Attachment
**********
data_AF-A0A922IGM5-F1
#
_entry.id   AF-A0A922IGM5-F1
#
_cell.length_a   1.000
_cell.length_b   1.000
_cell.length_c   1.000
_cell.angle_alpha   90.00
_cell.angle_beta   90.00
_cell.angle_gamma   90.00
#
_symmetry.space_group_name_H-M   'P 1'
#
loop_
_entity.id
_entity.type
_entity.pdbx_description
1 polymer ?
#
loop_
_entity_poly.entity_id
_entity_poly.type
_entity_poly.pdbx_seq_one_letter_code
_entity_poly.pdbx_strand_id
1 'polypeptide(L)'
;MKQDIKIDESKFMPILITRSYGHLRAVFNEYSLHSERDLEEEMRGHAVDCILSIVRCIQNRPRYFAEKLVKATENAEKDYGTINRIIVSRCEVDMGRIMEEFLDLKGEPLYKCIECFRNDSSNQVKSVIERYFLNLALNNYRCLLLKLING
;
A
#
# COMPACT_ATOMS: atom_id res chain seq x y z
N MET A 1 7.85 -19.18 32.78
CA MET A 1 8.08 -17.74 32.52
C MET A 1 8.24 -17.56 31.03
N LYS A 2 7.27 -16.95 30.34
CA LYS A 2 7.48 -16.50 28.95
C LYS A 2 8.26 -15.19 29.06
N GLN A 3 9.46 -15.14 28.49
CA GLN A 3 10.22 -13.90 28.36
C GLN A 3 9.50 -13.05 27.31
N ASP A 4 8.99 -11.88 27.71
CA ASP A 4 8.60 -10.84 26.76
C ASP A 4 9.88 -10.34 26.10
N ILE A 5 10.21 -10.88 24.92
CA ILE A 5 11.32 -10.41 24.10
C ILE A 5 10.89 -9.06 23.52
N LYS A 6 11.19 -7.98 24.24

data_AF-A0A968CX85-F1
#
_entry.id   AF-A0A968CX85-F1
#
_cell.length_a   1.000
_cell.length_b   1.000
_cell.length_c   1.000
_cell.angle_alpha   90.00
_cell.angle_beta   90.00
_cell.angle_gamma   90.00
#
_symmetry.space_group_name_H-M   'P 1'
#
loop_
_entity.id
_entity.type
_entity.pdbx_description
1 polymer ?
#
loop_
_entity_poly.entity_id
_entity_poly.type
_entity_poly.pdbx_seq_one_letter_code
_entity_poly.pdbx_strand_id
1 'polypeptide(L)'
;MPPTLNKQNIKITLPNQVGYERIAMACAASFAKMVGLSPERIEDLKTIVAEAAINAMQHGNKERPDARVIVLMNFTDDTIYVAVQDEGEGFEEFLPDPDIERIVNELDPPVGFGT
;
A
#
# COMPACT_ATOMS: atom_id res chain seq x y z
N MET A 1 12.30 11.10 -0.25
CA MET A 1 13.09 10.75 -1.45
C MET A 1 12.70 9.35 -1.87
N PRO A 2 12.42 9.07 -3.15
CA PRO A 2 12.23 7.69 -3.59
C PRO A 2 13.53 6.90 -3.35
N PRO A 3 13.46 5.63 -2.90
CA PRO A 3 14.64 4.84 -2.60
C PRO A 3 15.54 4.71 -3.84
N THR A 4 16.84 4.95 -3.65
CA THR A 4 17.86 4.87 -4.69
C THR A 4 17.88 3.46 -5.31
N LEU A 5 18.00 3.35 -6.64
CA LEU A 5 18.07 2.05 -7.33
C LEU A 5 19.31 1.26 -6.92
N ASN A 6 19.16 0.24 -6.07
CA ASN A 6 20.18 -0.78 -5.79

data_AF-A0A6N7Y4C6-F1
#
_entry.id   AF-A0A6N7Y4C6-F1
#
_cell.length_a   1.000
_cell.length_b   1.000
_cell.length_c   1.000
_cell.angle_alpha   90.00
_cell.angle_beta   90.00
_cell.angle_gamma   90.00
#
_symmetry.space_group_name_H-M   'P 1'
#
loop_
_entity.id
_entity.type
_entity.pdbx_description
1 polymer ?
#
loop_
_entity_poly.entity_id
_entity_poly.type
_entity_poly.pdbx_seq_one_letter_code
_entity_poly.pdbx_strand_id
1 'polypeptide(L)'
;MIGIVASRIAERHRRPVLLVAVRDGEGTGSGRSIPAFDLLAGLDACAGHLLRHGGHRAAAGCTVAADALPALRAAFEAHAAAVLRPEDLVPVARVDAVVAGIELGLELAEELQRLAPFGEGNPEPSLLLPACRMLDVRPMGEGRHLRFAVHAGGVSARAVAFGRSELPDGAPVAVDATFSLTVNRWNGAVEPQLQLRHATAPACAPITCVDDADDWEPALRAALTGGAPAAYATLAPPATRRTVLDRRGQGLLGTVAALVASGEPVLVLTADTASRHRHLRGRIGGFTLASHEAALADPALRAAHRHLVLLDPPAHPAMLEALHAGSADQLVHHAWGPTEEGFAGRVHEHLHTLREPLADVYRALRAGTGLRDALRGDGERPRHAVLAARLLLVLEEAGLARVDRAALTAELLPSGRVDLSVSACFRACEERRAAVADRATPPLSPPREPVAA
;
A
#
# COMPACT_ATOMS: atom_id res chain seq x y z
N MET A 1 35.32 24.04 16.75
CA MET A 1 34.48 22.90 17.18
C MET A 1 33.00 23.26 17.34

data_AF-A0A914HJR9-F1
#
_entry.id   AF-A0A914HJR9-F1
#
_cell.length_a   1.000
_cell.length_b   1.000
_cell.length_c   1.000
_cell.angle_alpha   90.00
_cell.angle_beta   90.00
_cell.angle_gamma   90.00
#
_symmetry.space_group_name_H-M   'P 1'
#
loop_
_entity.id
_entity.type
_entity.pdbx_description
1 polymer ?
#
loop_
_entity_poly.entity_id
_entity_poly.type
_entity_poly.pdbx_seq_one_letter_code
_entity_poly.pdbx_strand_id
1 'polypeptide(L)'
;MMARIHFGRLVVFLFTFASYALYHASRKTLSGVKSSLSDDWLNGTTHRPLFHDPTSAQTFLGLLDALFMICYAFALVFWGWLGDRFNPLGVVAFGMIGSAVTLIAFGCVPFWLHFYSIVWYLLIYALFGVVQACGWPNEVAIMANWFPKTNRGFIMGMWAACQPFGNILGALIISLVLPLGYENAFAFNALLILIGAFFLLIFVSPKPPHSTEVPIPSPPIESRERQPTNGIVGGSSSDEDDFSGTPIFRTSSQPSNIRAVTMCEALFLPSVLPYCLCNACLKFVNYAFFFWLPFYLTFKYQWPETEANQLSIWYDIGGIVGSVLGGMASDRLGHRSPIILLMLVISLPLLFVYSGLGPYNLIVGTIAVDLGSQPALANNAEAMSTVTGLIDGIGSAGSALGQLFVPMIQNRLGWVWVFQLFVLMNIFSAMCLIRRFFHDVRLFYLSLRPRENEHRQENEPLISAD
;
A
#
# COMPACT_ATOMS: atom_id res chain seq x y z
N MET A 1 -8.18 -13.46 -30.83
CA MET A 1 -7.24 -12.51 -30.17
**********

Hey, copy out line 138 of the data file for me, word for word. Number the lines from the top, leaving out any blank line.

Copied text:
_symmetry.space_group_name_H-M   'P 1'